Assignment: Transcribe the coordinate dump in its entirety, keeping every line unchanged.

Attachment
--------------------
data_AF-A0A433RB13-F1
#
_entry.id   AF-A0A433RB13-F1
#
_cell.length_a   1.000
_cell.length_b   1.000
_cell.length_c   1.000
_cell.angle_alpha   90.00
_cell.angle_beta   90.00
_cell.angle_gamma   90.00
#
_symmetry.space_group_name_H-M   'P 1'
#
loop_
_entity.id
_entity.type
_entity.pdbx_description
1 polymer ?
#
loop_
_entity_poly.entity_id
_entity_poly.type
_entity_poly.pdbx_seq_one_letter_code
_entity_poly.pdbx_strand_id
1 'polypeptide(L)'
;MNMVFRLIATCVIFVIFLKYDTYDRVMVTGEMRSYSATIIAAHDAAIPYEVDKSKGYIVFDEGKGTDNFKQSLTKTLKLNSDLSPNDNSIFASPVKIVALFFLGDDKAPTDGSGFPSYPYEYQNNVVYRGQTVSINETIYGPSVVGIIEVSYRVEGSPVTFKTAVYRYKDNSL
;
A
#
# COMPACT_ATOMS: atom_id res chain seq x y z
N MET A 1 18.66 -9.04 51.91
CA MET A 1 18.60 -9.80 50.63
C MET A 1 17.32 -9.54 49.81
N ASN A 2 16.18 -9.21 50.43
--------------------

data_AF-A0A433RB13-F1
#
_entry.id   AF-A0A433RB13-F1
#
_cell.length_a   1.000
_cell.length_b   1.000
_cell.length_c   1.000
_cell.angle_alpha   90.00
_cell.angle_beta   90.00
_cell.angle_gamma   90.00
#
_symmetry.space_group_name_H-M   'P 1'
#
loop_
_entity.id
_entity.type
_entity.pdbx_description
1 polymer ?
#
loop_
_entity_poly.entity_id
_entity_poly.type
_entity_poly.pdbx_seq_one_letter_code
_entity_poly.pdbx_strand_id
1 'polypeptide(L)'
;MNMVFRLIATCVIFVIFLKYDTYDRVMVTGEMRSYSATIIAAHDAAIPYEVDKSKGYIVFDEGKGTDNFKQSLTKTLKLNSDLSPNDNSIFASPVKIVALFFLGDDKAPTDGSGFPSYPYEYQNNVVYRGQTVSINETIYGPSVVGIIEVSYRVEGSPVTFKTAVYRYKDNSL
;
A
#
# COMPACT_ATOMS: atom_id res chain seq x y z
N MET A 1 18.66 -9.04 51.91
CA MET A 1 18.60 -9.80 50.63
C MET A 1 17.32 -9.54 49.81
N ASN A 2 16.18 -9.21 50.43